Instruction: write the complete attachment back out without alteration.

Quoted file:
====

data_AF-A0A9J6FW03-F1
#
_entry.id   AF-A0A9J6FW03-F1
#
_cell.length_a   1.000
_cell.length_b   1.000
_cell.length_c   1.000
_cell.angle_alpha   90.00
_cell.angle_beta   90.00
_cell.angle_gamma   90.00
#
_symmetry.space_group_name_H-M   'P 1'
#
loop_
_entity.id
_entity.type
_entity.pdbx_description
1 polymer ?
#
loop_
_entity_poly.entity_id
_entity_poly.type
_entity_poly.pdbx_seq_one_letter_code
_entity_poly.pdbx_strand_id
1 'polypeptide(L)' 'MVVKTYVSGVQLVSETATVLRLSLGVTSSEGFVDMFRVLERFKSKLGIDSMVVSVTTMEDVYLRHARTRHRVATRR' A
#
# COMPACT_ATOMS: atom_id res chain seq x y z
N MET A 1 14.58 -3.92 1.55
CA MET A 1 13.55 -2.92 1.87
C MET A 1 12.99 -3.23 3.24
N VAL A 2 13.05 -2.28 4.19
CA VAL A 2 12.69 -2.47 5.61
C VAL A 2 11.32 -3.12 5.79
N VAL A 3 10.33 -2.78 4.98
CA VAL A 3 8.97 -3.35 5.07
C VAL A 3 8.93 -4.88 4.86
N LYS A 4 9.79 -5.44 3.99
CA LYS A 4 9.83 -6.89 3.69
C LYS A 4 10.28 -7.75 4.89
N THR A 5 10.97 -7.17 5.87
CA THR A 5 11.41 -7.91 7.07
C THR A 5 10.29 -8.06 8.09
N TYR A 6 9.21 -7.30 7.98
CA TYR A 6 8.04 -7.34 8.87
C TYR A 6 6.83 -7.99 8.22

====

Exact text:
data_AF-A0A9J6FW03-F1
#
_entry.id   AF-A0A9J6FW03-F1
#
_cell.length_a   1.000
_cell.length_b   1.000
_cell.length_c   1.000
_cell.angle_alpha   90.00
_cell.angle_beta   90.00
_cell.angle_gamma   90.00
#
_symmetry.space_group_name_H-M   'P 1'
#
loop_
_entity.id
_entity.type
_entity.pdbx_description
1 polymer ?
#
loop_
_entity_poly.entity_id
_entity_poly.type
_entity_poly.pdbx_seq_one_letter_code
_entity_poly.pdbx_strand_id
1 'polypeptide(L)' 'MVVKTYVSGVQLVSETATVLRLSLGVTSSEGFVDMFRVLERFKSKLGIDSMVVSVTTMEDVYLRHARTRHRVATRR' A
#
# COMPACT_ATOMS: atom_id res chain seq x y z
N MET A 1 14.58 -3.92 1.55
CA MET A 1 13.55 -2.92 1.87
C MET A 1 12.99 -3.23 3.24
N VAL A 2 13.05 -2.28 4.19
CA VAL A 2 12.69 -2.47 5.61
C VAL A 2 11.32 -3.12 5.79
N VAL A 3 10.33 -2.78 4.98
CA VAL A 3 8.97 -3.35 5.07
C VAL A 3 8.93 -4.88 4.86
N LYS A 4 9.79 -5.44 3.99
CA LYS A 4 9.83 -6.89 3.69
C LYS A 4 10.28 -7.75 4.89
N THR A 5 10.97 -7.17 5.87
CA THR A 5 11.41 -7.91 7.07
C THR A 5 10.29 -8.06 8.09
N TYR A 6 9.21 -7.30 7.98
CA TYR A 6 8.04 -7.34 8.87
C TYR A 6 6.83 -7.99 8.22